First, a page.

But we didn’t so we climbed back down the same way, tracing back our steps through the woodland – where waterproofs were quickly donned during a fierce downpour –  and headed into Keswick, ready for a warming cup of tea and a bite to eat at an American-style diner.

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Facts of the Day

1. Catbells could be a corruption of Cat Bields (the shelter of the wild cat) – but this isn’t certain.

2. Catbells overlooks Derwentwater, and its nearest town is Keswick (you can walk from Keswick to it).

3. There is a memorial stone to Thomas Arthur Leonard (1864-1948). He founded the Co-operative Holidays Association and the Holiday Fellowship and was a pioneer for outdoor holidays for working people.

Trek Diary: April – Scafell Pike (height: 3,210ft/978m)

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When I was a teenager, the Big One was a rollercoaster in Blackpool. Incredibly high (was it the highest in England at the time?) and rather scary, the views over the Blackpool coast – if you hadn’t closed your eyes in sheer terror – were wonderful.

I loved it.

Go forward a few (and then some!) years later and wanting to go up the Big One has a very different connotation to way back then. This time the Big One is in the Lake District and is Scafell Pike.

High, tick. Scary, tick. Views (weather permitting), tick.

Simon and I were going on a walking weekend to the Lake District. And as it was a ‘big’ birthday, (21st since you’re asking 😉), I decided I wanted to do what any normal person would want to do to mark a significant date.

Climb the highest mountain in England, of course! ☺️⛰️

So with trepidation, I awoke sluggishly at 5.45am one Saturday morning and by 7am, we were off. We headed past Wast Water, a tranquil lake overlooked by steep mountains, and parked in the National Trust car park, complete with wooden refreshments stall, information board on Scafell Pike conditions (cold in a word) and festival-style portaloos.

There were many walkers on our distinct stony path leading uphill and seeing them resting en route made me feel happier, as if I was given permission to rest too. But we kept going mostly. It was hard, as there appeared to be very few flat sections – so when there was one I felt as if it were the equivalent of a good afternoon nap compared to the uphill trudge! Compared to Pendle Hill, it was more gradual, not as steep, but much longer. And still onwards and upwards… And upwards…

I was grateful then that we had trekked up that bewitched Pendle Hill twice as this felt, definitely not easy, but more tolerable than I was expecting. And I was glad I had tried to become fitter by swimming and walking. I wasn’t fit at this point, but more so than a few months ago and it made a difference.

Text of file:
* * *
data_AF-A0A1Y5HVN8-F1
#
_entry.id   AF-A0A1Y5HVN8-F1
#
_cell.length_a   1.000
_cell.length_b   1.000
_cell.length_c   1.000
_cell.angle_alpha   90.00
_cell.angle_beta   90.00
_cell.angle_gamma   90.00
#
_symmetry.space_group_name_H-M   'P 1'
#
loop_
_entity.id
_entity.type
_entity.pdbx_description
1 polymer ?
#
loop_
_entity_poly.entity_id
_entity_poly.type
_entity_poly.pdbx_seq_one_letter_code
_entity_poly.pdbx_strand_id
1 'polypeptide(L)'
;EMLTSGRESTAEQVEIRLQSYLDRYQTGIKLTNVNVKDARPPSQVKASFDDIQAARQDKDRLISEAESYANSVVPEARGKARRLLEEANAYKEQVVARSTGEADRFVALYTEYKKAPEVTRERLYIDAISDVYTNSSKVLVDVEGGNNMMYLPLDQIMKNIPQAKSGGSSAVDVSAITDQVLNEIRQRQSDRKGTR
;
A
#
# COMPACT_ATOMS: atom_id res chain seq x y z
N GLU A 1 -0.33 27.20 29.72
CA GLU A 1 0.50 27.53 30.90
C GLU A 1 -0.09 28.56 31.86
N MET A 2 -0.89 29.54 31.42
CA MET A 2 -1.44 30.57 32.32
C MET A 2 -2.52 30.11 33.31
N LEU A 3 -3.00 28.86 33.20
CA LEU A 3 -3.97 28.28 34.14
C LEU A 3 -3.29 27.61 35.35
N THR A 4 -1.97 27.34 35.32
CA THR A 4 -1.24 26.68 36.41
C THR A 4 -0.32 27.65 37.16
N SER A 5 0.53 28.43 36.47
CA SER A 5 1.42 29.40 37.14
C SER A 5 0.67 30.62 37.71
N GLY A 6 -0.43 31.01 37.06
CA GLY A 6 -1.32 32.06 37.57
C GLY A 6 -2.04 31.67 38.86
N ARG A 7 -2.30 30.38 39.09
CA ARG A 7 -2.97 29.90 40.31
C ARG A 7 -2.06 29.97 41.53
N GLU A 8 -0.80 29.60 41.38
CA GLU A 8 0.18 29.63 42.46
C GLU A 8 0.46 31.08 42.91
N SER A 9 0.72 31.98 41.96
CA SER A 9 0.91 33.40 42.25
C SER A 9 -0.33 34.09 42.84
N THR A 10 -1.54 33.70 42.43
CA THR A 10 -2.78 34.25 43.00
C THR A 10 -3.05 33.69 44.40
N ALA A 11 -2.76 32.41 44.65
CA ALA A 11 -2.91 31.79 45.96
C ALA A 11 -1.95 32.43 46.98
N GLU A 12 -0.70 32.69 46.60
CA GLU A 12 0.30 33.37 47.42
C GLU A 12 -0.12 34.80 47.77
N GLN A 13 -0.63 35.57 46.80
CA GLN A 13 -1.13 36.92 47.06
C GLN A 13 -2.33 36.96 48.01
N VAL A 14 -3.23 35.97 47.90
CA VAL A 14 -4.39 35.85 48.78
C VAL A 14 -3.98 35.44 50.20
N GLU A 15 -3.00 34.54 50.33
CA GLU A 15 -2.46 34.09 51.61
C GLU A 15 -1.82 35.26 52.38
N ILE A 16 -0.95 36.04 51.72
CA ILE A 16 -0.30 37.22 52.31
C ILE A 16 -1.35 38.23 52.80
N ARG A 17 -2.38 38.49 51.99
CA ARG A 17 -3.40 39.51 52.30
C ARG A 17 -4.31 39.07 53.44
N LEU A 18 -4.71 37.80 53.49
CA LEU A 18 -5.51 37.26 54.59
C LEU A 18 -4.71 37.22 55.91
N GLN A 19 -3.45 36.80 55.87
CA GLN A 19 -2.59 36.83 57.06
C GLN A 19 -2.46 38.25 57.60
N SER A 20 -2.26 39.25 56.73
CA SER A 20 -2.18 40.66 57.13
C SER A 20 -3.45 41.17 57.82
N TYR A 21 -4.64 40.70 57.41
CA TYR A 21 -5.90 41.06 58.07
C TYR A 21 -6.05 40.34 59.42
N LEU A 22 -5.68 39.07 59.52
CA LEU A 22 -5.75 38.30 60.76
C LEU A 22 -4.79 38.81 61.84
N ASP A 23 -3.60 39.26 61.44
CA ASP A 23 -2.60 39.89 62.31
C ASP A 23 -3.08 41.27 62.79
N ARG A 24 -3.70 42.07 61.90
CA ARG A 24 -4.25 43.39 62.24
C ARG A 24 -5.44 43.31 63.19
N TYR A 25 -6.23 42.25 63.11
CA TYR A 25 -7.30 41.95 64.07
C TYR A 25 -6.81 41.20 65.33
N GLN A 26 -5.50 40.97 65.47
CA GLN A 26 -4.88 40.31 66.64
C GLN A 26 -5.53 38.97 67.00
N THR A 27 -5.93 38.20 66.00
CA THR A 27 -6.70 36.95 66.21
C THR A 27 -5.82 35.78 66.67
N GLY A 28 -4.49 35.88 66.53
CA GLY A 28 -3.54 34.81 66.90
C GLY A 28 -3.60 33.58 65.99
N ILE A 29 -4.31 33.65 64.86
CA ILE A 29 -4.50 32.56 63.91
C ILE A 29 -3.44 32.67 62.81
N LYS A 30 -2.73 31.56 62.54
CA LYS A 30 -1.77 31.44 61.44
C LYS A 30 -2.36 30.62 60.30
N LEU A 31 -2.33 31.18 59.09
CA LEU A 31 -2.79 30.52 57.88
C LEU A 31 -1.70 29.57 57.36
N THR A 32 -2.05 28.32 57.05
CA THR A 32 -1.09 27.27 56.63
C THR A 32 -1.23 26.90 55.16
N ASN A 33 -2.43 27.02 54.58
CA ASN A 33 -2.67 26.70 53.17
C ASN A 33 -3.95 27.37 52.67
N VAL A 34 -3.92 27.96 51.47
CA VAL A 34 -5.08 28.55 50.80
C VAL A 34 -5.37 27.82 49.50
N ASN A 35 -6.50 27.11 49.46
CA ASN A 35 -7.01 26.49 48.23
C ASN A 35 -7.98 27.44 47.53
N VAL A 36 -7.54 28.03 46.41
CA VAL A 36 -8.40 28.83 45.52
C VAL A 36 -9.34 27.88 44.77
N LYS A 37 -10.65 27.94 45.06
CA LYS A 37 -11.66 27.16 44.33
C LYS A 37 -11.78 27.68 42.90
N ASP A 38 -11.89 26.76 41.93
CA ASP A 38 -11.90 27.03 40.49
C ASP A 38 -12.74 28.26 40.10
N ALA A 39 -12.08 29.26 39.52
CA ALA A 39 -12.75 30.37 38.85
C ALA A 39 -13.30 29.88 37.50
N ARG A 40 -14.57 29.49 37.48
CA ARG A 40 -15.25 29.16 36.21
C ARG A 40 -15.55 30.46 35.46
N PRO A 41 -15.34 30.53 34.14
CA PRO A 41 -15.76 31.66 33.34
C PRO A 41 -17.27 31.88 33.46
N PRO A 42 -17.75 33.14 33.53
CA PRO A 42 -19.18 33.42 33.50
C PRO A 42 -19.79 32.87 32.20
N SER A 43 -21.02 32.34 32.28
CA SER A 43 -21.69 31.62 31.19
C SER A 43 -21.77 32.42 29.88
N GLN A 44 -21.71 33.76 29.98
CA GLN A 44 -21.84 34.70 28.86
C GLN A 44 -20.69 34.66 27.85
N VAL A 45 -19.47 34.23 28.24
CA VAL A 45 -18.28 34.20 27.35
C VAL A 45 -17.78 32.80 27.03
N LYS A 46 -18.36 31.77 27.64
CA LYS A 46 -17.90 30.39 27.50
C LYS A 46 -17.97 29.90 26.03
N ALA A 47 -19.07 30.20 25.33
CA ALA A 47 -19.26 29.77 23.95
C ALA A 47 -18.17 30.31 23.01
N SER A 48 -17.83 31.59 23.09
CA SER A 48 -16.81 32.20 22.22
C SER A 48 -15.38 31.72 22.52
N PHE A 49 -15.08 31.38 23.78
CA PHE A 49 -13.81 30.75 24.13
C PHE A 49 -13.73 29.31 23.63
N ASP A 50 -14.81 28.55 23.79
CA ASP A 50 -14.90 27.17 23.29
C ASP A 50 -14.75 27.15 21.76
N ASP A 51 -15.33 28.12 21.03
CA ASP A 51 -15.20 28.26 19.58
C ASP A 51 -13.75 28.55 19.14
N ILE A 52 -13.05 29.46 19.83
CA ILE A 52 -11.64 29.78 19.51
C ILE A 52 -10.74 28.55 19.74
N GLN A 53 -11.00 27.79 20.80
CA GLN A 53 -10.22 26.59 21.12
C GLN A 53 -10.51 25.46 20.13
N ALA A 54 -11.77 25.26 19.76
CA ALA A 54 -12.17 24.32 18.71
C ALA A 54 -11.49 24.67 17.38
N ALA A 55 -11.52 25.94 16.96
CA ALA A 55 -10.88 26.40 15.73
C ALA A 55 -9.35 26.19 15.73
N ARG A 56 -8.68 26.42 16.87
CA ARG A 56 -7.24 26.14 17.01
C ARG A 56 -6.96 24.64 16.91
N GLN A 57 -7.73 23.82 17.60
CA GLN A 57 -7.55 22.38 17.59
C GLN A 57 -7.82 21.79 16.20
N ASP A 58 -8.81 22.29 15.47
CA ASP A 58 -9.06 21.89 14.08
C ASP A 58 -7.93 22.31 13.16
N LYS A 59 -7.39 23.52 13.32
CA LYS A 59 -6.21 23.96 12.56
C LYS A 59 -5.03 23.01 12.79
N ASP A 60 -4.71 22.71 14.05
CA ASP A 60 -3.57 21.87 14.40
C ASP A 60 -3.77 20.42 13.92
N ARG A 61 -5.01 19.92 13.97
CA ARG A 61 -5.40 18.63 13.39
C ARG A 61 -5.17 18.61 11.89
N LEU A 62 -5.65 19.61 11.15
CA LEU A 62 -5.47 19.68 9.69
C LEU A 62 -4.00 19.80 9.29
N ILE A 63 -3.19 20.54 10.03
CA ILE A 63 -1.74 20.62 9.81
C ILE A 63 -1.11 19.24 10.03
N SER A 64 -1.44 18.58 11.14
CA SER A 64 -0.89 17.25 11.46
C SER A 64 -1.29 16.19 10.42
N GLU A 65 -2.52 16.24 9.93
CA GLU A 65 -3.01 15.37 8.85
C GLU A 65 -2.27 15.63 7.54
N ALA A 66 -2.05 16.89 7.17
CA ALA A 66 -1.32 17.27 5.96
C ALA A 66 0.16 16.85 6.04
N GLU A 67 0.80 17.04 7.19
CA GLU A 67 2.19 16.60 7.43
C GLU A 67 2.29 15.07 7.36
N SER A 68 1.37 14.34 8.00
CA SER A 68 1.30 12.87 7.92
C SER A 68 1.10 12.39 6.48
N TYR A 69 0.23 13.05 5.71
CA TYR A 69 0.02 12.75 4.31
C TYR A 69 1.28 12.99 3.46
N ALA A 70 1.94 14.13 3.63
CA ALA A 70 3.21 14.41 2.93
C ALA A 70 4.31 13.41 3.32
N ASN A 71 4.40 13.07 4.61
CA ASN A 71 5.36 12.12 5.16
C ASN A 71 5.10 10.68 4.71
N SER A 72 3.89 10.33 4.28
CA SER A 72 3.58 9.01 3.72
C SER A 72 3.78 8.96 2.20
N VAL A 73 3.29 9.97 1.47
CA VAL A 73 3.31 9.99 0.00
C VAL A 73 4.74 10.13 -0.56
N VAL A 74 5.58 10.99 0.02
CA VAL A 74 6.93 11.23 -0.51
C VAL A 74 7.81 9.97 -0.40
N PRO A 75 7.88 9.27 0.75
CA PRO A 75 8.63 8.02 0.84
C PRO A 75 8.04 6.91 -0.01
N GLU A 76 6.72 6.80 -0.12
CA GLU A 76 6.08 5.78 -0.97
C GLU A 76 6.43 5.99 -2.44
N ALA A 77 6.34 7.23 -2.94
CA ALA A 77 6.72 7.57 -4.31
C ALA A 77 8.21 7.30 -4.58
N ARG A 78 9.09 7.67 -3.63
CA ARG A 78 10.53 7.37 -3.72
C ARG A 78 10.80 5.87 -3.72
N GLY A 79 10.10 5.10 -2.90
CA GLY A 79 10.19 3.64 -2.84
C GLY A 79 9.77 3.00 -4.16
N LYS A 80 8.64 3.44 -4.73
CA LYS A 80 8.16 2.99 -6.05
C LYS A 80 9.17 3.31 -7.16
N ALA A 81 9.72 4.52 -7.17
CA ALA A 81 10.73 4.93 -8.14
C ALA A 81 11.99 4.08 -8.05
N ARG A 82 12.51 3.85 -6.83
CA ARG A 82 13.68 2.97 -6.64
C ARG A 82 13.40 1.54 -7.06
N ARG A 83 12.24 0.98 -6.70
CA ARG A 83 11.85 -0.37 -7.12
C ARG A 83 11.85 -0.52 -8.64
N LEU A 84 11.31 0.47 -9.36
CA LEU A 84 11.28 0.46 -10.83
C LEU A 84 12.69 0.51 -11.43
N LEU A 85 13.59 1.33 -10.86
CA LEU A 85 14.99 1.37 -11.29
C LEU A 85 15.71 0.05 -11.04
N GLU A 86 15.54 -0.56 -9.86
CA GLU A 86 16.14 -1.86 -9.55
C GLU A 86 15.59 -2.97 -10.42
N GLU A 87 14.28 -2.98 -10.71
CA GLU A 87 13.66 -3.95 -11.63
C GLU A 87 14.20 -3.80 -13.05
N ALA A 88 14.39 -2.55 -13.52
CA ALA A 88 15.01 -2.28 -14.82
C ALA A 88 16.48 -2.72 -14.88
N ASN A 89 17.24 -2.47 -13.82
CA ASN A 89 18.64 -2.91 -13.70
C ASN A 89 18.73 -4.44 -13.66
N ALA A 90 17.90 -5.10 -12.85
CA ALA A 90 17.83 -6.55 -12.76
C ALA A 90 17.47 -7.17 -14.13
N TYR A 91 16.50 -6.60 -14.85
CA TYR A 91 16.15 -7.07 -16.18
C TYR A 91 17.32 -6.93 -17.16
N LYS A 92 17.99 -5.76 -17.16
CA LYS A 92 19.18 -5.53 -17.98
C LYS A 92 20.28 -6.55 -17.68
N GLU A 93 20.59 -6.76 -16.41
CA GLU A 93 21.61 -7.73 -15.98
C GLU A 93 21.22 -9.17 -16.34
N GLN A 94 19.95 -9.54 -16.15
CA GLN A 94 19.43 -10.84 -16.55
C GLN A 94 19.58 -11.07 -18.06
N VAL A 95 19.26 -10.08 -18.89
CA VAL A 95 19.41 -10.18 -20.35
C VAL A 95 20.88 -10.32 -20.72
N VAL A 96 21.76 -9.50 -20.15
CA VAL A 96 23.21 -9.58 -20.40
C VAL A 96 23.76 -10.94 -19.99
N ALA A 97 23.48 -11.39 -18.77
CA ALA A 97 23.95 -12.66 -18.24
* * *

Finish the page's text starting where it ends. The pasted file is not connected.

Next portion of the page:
Looking back was the stunning sight of Wast Water.

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Wainwright says the usual route from Wasdale Head (near where we started from) was via Brown Tongue – the shortest way but ‘also the dullest unless the opportunity is taken to visit Mickledore by a deviation from the path’.

Do we take the nice easier option to the top (my choice!) or go the, what Wainwright calls, ‘magnificent’ journey into Hollow Stones and along the Mickledore Ridge? 🤔

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Mickledore it was. Its name reminded me of Mordor in Lord of the Rings. What would Frodo do?

I thought it was tough walking up the path. It was nothing compared to what was ahead. A steep scree gully called Lord’s Rake.

At first, it was not so steep and the scree not so loose, it was manageable. But it got narrower, steeper, and the rocks I placed my feet on seemed to collapse on contact.

Falling, sliding and slipping all seemed viable options… And the bottom seemed to get further and further away with each foothold.

I was not enjoying this. Concentration was key and so was bravery. A young woman in front of me was crying, her courage having left her. I knew the feeling. Along with her boyfriend, they let us go in front. As Simon told me the safest places to climb up, I felt sure that, behind us, his advice would help her too. And once we got up, they weren’t too far behind.

Like me, she too had conquered her fears.

At the top, on Mickledore, we followed the ridge – once again full of rocks and stones – past a mountain kit store, mentioned in my 1979 map, up a more gradual path to the top.

The final hurdle was a rocky barren landscape, there was even a patch of snow. We had to be careful we didn’t fall through the cracks of this makeshift pavement. Onwards and upwards, passing various cairns but not the real deal until…

 

There it was – the summit. A huge cairn and a trig point. Many fellow achievers were there, celebrating having made it, including two Yorkshire terriers – in mini-rucksacks adorned by their humans. It was misty so no wondrous views although there was a lake – Buttermere we were told – in the distance as we climbed down.

 

As Wainwright says, the paths are distinct but uneasy to walk on, because of the boulders. We headed back to Wasdale Head via Brown Tongue and Lingmell Col. Wainwright says this tourist route is ‘a tiring and uninteresting grind, designed to preserve users from falls’.

But at that moment, that suited me fine. We passed various hikers and they passed us. A couple of weary travellers asked us hopefully, ‘How long to the top?’  ‘About half an hour’, Simon said honestly. Faces fell. A man in a group on the way down clutched a can of lager, perhaps to celebrate reaching the top?

Instead of venturing left to the car park, we went right, heading to the little village itself. The mile stretched itself as far as it could. Once there, a quick visit to the gift/hiking shop – you can buy a certificate marking your achievement for a pound  – and an evening meal in the pub before wearily traipsing back to the car and to our B&B.